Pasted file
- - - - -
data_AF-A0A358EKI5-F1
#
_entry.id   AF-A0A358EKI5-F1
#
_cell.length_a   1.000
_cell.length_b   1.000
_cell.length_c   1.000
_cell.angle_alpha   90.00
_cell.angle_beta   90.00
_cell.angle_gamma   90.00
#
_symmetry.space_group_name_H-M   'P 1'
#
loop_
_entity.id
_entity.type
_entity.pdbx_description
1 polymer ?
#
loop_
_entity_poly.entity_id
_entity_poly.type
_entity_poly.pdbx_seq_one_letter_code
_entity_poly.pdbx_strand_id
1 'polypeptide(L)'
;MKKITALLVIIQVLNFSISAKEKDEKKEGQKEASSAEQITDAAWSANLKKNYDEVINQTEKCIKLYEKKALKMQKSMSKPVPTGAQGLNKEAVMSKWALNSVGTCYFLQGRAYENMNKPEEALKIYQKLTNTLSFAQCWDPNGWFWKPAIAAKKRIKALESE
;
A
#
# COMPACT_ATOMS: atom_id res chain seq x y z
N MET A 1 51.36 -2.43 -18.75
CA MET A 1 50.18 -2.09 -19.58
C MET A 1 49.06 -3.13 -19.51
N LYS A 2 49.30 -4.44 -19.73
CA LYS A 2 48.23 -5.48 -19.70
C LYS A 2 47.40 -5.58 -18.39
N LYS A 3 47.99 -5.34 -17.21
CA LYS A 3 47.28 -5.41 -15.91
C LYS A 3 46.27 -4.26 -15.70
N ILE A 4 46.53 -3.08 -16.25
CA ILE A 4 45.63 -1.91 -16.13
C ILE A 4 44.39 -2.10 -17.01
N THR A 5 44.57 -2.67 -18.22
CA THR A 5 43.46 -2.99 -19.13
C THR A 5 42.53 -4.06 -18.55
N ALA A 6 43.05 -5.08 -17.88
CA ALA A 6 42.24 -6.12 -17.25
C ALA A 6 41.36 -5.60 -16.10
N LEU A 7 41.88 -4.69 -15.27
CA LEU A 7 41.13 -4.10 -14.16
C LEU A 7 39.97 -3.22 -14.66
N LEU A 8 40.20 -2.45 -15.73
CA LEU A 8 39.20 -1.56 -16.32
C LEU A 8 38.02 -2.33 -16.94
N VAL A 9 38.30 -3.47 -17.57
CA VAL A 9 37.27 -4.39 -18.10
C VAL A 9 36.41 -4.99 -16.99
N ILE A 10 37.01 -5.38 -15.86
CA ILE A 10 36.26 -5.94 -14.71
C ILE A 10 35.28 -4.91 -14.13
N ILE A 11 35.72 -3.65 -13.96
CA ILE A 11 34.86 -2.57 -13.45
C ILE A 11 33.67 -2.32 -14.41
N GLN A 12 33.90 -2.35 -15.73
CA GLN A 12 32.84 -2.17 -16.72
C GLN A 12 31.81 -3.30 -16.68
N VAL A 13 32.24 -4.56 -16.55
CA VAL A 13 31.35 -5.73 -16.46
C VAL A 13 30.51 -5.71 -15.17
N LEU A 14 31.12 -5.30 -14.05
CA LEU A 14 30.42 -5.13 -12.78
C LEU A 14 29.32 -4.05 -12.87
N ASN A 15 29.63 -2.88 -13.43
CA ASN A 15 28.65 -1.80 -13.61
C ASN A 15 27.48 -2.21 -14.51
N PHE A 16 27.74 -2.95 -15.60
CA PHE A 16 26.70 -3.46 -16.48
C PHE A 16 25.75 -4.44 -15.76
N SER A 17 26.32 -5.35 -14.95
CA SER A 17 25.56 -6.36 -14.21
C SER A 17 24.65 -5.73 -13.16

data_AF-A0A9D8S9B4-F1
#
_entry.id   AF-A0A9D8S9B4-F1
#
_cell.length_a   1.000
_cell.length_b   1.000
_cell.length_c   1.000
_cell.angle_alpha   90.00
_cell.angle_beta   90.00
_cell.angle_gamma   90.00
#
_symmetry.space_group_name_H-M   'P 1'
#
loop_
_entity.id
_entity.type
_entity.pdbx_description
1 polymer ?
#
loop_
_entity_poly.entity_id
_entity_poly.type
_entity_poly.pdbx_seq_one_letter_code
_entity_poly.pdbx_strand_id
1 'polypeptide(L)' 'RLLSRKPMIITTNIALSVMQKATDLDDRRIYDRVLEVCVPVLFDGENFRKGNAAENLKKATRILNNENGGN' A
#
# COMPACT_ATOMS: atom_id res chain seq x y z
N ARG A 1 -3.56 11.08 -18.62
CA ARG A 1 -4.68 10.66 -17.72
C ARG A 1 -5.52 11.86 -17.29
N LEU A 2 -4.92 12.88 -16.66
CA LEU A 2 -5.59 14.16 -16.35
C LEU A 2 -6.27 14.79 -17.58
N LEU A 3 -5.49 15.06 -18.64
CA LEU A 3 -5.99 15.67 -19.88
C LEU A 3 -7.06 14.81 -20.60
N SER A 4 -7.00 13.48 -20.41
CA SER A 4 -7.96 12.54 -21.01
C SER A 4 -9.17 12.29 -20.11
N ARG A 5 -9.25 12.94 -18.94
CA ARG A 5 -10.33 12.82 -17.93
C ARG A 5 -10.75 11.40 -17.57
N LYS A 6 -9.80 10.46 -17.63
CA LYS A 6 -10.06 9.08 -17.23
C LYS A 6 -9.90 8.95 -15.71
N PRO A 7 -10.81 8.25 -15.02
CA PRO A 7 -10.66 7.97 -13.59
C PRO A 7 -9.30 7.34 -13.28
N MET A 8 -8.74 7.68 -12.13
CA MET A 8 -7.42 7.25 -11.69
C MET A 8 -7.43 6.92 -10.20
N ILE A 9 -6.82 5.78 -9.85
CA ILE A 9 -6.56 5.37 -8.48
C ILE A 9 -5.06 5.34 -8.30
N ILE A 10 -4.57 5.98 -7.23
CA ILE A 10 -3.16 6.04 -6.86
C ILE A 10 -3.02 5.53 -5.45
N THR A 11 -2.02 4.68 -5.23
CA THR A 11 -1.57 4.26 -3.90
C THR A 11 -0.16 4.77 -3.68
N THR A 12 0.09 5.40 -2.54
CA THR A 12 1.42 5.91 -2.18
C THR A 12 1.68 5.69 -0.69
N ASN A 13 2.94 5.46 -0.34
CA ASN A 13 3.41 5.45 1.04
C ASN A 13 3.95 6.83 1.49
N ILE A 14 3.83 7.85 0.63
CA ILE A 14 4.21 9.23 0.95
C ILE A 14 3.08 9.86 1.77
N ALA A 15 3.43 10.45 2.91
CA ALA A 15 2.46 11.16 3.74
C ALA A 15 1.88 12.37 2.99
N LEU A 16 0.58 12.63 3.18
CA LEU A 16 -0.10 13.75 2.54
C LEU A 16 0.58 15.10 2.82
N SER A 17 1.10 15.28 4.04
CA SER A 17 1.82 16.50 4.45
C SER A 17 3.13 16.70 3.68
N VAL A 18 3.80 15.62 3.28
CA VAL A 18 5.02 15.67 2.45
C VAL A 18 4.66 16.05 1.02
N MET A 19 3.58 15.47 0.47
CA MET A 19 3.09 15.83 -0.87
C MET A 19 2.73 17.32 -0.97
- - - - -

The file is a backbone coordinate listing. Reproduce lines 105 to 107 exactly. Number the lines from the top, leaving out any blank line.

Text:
_entity_poly.pdbx_strand_id
1 'polypeptide(L)' 'RLLSRKPMIITTNIALSVMQKATDLDDRRIYDRVLEVCVPVLFDGENFRKGNAAENLKKATRILNNENGGN' A
#